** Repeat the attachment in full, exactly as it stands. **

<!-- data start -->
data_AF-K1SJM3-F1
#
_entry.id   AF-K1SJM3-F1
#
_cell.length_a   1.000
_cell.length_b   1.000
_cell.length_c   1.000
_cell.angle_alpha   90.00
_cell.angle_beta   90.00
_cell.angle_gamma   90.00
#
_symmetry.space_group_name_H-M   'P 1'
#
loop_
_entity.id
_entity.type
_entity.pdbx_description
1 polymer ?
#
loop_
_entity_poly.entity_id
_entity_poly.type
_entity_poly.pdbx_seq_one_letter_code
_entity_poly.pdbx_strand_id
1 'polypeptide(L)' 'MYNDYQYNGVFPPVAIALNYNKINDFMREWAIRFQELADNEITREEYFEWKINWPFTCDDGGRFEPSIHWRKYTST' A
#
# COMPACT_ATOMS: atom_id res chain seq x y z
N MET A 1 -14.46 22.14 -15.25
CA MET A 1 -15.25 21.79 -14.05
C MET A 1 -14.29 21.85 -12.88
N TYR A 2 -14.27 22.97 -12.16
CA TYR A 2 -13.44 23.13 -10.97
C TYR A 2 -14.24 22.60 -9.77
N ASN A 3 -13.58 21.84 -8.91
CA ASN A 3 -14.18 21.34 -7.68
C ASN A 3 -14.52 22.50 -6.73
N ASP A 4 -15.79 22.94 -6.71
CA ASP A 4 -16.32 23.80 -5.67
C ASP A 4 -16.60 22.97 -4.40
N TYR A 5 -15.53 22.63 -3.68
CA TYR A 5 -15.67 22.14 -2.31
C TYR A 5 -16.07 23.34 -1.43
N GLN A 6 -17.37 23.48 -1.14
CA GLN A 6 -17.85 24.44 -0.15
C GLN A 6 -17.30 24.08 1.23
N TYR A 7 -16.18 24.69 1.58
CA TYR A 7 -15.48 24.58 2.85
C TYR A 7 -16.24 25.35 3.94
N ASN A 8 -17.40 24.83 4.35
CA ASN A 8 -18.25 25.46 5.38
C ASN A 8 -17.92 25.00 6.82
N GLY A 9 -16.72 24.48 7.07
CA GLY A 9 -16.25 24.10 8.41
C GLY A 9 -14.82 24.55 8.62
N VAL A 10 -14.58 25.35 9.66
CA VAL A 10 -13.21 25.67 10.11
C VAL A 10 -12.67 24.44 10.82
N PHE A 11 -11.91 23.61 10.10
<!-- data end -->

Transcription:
data_AF-K1SJM3-F1
#
_entry.id   AF-K1SJM3-F1
#
_cell.length_a   1.000
_cell.length_b   1.000
_cell.length_c   1.000
_cell.angle_alpha   90.00
_cell.angle_beta   90.00
_cell.angle_gamma   90.00
#
_symmetry.space_group_name_H-M   'P 1'
#
loop_
_entity.id
_entity.type
_entity.pdbx_description
1 polymer ?
#
loop_
_entity_poly.entity_id
_entity_poly.type
_entity_poly.pdbx_seq_one_letter_code
_entity_poly.pdbx_strand_id
1 'polypeptide(L)' 'MYNDYQYNGVFPPVAIALNYNKINDFMREWAIRFQELADNEITREEYFEWKINWPFTCDDGGRFEPSIHWRKYTST' A
#
# COMPACT_ATOMS: atom_id res chain seq x y z
N MET A 1 -14.46 22.14 -15.25
CA MET A 1 -15.25 21.79 -14.05
C MET A 1 -14.29 21.85 -12.88
N TYR A 2 -14.27 22.97 -12.16
CA TYR A 2 -13.44 23.13 -10.97
C TYR A 2 -14.24 22.60 -9.77
N ASN A 3 -13.58 21.84 -8.91
CA ASN A 3 -14.18 21.34 -7.68
C ASN A 3 -14.52 22.50 -6.73
N ASP A 4 -15.79 22.94 -6.71
CA ASP A 4 -16.32 23.80 -5.67
C ASP A 4 -16.60 22.97 -4.40
N TYR A 5 -15.53 22.63 -3.68
CA TYR A 5 -15.67 22.14 -2.31
C TYR A 5 -16.07 23.34 -1.43
N GLN A 6 -17.37 23.48 -1.14
CA GLN A 6 -17.85 24.44 -0.15
C GLN A 6 -17.30 24.08 1.23
N TYR A 7 -16.18 24.69 1.58
CA TYR A 7 -15.48 24.58 2.85
C TYR A 7 -16.24 25.35 3.94
N ASN A 8 -17.40 24.83 4.35
CA ASN A 8 -18.25 25.46 5.38
C ASN A 8 -17.92 25.00 6.82
N GLY A 9 -16.72 24.48 7.07
CA GLY A 9 -16.25 24.10 8.41
C GLY A 9 -14.82 24.55 8.62
N VAL A 10 -14.58 25.35 9.66
CA VAL A 10 -13.21 25.67 10.11
C VAL A 10 -12.67 24.44 10.82
N PHE A 11 -11.91 23.61 10.10